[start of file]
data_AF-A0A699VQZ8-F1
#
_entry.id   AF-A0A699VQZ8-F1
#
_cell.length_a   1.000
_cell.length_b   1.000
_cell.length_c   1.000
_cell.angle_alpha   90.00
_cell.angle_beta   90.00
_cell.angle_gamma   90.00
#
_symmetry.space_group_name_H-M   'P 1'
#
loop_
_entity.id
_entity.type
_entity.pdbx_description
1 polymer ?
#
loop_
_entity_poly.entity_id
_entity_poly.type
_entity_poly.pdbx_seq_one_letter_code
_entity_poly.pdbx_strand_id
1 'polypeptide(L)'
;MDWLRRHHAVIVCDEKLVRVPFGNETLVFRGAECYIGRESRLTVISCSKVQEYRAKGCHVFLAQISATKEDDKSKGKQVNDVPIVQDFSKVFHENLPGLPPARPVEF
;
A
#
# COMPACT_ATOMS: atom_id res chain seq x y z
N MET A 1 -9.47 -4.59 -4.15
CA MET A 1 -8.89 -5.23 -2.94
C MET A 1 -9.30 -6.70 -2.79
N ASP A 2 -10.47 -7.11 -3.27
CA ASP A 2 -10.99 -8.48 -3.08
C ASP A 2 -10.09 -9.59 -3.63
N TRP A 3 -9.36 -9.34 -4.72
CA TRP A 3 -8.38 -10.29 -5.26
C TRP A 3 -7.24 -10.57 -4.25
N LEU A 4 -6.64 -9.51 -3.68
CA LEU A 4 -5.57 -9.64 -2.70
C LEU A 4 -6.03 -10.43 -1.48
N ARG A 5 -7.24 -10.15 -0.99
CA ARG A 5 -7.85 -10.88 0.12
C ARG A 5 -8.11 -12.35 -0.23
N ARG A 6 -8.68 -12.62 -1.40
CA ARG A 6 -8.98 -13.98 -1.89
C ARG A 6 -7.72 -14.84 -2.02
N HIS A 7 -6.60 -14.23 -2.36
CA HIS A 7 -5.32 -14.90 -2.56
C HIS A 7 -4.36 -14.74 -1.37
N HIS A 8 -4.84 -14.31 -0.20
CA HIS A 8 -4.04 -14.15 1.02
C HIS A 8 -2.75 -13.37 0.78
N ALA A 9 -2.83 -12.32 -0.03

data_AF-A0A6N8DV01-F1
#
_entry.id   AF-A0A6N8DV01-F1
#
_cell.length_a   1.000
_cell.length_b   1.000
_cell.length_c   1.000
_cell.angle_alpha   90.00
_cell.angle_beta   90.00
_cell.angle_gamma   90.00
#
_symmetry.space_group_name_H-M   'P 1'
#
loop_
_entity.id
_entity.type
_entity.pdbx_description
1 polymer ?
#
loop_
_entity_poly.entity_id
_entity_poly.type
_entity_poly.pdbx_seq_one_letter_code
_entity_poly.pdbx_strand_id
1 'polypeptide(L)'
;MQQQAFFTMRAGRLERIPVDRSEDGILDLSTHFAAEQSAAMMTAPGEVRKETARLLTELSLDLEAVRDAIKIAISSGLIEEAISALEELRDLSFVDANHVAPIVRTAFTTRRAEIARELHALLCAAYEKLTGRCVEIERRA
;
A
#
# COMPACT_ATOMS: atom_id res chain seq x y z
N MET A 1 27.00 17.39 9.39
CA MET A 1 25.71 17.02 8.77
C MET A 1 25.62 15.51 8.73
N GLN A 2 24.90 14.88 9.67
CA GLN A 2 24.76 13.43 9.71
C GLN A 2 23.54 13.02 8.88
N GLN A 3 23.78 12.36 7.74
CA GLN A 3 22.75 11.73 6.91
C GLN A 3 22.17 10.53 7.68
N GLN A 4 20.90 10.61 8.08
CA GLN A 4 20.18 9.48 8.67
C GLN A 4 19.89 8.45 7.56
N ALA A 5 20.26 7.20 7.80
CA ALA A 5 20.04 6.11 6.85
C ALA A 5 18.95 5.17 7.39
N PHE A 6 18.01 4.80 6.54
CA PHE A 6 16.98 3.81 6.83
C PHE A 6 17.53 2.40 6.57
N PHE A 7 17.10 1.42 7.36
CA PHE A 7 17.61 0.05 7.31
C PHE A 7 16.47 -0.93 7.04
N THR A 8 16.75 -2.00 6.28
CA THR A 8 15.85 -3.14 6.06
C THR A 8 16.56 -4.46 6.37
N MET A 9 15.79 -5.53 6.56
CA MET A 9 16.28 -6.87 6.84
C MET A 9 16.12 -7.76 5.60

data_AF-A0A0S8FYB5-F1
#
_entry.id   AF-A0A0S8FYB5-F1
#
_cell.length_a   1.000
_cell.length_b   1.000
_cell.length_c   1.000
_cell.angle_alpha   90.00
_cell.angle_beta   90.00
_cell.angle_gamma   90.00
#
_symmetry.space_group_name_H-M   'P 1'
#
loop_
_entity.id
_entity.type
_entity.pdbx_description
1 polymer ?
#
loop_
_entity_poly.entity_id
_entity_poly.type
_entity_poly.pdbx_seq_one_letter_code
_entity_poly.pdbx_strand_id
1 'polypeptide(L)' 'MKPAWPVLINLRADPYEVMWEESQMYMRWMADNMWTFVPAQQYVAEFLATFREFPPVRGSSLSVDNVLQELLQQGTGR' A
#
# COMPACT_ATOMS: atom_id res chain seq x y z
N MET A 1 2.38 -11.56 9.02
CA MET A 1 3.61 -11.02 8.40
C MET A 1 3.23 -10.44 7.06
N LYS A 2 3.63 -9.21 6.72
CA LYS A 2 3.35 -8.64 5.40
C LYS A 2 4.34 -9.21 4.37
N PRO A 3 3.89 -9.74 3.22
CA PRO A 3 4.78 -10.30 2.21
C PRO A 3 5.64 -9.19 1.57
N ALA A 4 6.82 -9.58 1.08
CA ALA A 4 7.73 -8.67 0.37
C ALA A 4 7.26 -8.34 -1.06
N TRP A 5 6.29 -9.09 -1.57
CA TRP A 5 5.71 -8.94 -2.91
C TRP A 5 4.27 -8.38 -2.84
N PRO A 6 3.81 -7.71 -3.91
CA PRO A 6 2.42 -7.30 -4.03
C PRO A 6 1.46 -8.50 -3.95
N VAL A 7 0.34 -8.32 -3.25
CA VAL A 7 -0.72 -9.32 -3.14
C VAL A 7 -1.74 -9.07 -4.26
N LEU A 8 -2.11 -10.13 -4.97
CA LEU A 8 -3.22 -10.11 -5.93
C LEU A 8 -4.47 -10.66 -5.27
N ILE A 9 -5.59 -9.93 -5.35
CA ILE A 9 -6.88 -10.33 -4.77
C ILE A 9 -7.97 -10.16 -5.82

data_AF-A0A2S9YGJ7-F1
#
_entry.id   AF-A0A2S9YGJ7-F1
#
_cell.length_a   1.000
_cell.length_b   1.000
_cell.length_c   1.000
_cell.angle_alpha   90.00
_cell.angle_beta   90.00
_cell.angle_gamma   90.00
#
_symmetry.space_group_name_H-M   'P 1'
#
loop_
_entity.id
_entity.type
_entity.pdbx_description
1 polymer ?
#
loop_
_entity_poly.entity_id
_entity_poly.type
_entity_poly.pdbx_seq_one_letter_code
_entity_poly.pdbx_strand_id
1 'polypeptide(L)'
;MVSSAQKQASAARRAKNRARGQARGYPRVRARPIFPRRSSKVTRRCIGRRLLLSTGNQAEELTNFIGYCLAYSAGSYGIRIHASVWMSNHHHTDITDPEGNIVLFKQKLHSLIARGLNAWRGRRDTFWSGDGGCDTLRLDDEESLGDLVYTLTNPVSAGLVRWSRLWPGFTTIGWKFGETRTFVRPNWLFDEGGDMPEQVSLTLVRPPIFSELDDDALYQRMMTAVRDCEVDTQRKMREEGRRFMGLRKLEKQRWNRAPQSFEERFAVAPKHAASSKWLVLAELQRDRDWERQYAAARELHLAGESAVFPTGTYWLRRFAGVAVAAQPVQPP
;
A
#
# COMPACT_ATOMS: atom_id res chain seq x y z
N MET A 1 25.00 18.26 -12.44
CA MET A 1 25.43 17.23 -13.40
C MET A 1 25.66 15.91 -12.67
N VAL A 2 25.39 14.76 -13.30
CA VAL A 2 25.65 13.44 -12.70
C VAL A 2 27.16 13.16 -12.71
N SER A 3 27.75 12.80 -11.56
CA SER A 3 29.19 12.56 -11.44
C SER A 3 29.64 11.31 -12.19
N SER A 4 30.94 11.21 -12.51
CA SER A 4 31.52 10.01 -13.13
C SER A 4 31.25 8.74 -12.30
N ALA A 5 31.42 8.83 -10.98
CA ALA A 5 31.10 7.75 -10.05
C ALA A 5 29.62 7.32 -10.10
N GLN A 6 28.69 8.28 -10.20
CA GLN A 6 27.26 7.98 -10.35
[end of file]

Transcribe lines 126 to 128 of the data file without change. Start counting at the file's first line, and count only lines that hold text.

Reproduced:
loop_
_entity.id
_entity.type